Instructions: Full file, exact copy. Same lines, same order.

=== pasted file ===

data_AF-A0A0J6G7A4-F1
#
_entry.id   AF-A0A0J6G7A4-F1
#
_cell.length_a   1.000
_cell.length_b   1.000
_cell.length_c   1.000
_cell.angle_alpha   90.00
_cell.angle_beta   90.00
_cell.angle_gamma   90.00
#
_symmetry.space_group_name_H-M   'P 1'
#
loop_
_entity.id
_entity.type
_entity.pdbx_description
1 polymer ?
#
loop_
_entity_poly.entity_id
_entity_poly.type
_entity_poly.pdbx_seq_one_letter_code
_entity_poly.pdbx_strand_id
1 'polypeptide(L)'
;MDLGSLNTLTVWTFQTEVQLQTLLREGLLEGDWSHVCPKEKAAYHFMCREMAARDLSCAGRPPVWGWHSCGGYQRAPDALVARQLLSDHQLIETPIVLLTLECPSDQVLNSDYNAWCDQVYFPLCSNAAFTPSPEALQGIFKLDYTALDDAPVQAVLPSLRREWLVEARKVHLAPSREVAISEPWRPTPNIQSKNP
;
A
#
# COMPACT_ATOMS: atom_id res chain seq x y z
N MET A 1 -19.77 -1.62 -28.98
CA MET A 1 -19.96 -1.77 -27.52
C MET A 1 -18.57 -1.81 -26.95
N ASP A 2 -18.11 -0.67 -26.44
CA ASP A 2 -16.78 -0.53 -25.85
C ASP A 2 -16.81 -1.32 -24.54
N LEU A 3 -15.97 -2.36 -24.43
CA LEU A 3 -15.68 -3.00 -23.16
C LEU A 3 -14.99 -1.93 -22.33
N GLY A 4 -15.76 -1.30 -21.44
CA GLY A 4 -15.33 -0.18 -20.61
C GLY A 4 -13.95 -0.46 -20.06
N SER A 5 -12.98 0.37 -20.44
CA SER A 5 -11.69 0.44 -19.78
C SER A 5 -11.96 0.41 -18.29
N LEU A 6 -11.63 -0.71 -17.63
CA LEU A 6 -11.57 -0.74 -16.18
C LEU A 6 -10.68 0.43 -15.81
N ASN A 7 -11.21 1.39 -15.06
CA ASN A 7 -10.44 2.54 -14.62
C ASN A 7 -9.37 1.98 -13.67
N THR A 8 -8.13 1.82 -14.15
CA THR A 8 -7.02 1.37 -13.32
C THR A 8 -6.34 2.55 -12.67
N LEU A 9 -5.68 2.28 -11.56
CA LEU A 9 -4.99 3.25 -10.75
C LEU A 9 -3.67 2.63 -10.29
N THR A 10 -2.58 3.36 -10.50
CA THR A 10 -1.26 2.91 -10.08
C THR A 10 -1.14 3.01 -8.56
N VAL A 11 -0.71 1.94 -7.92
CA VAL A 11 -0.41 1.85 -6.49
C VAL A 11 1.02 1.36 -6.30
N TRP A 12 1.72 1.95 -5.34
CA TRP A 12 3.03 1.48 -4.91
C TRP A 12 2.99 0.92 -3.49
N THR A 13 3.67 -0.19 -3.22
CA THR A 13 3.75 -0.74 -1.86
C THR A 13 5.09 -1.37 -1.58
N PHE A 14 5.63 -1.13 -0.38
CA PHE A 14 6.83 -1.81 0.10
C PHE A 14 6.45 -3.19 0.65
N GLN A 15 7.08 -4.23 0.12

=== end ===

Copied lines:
data_AF-A0A0J6G7A4-F1
#
_entry.id   AF-A0A0J6G7A4-F1
#
_cell.length_a   1.000
_cell.length_b   1.000
_cell.length_c   1.000
_cell.angle_alpha   90.00
_cell.angle_beta   90.00
_cell.angle_gamma   90.00
#
_symmetry.space_group_name_H-M   'P 1'
#
loop_
_entity.id
_entity.type
_entity.pdbx_description
1 polymer ?
#
loop_
_entity_poly.entity_id
_entity_poly.type
_entity_poly.pdbx_seq_one_letter_code
_entity_poly.pdbx_strand_id
1 'polypeptide(L)'
;MDLGSLNTLTVWTFQTEVQLQTLLREGLLEGDWSHVCPKEKAAYHFMCREMAARDLSCAGRPPVWGWHSCGGYQRAPDALVARQLLSDHQLIETPIVLLTLECPSDQVLNSDYNAWCDQVYFPLCSNAAFTPSPEALQGIFKLDYTALDDAPVQAVLPSLRREWLVEARKVHLAPSREVAISEPWRPTPNIQSKNP
;
A
#
# COMPACT_ATOMS: atom_id res chain seq x y z
N MET A 1 -19.77 -1.62 -28.98
CA MET A 1 -19.96 -1.77 -27.52
C MET A 1 -18.57 -1.81 -26.95
N ASP A 2 -18.11 -0.67 -26.44
CA ASP A 2 -16.78 -0.53 -25.85
C ASP A 2 -16.81 -1.32 -24.54
N LEU A 3 -15.97 -2.36 -24.43
CA LEU A 3 -15.68 -3.00 -23.16
C LEU A 3 -14.99 -1.93 -22.33
N GLY A 4 -15.76 -1.30 -21.44
CA GLY A 4 -15.33 -0.18 -20.61
C GLY A 4 -13.95 -0.46 -20.06
N SER A 5 -12.98 0.37 -20.44
CA SER A 5 -11.69 0.44 -19.78
C SER A 5 -11.96 0.41 -18.29
N LEU A 6 -11.63 -0.71 -17.63
CA LEU A 6 -11.57 -0.74 -16.18
C LEU A 6 -10.68 0.43 -15.81
N ASN A 7 -11.21 1.39 -15.06
CA ASN A 7 -10.44 2.54 -14.62
C ASN A 7 -9.37 1.98 -13.67
N THR A 8 -8.13 1.82 -14.15
CA THR A 8 -7.02 1.37 -13.32
C THR A 8 -6.34 2.55 -12.67
N LEU A 9 -5.68 2.28 -11.56
CA LEU A 9 -4.99 3.25 -10.75
C LEU A 9 -3.67 2.63 -10.29
N THR A 10 -2.58 3.36 -10.50
CA THR A 10 -1.26 2.91 -10.08
C THR A 10 -1.14 3.01 -8.56
N VAL A 11 -0.71 1.94 -7.92
CA VAL A 11 -0.41 1.85 -6.49
C VAL A 11 1.02 1.36 -6.30
N TRP A 12 1.72 1.95 -5.34
CA TRP A 12 3.03 1.48 -4.91
C TRP A 12 2.99 0.92 -3.49
N THR A 13 3.67 -0.19 -3.22
CA THR A 13 3.75 -0.74 -1.86
C THR A 13 5.09 -1.37 -1.58
N PHE A 14 5.63 -1.13 -0.38
CA PHE A 14 6.83 -1.81 0.10
C PHE A 14 6.45 -3.19 0.65
N GLN A 15 7.08 -4.23 0.12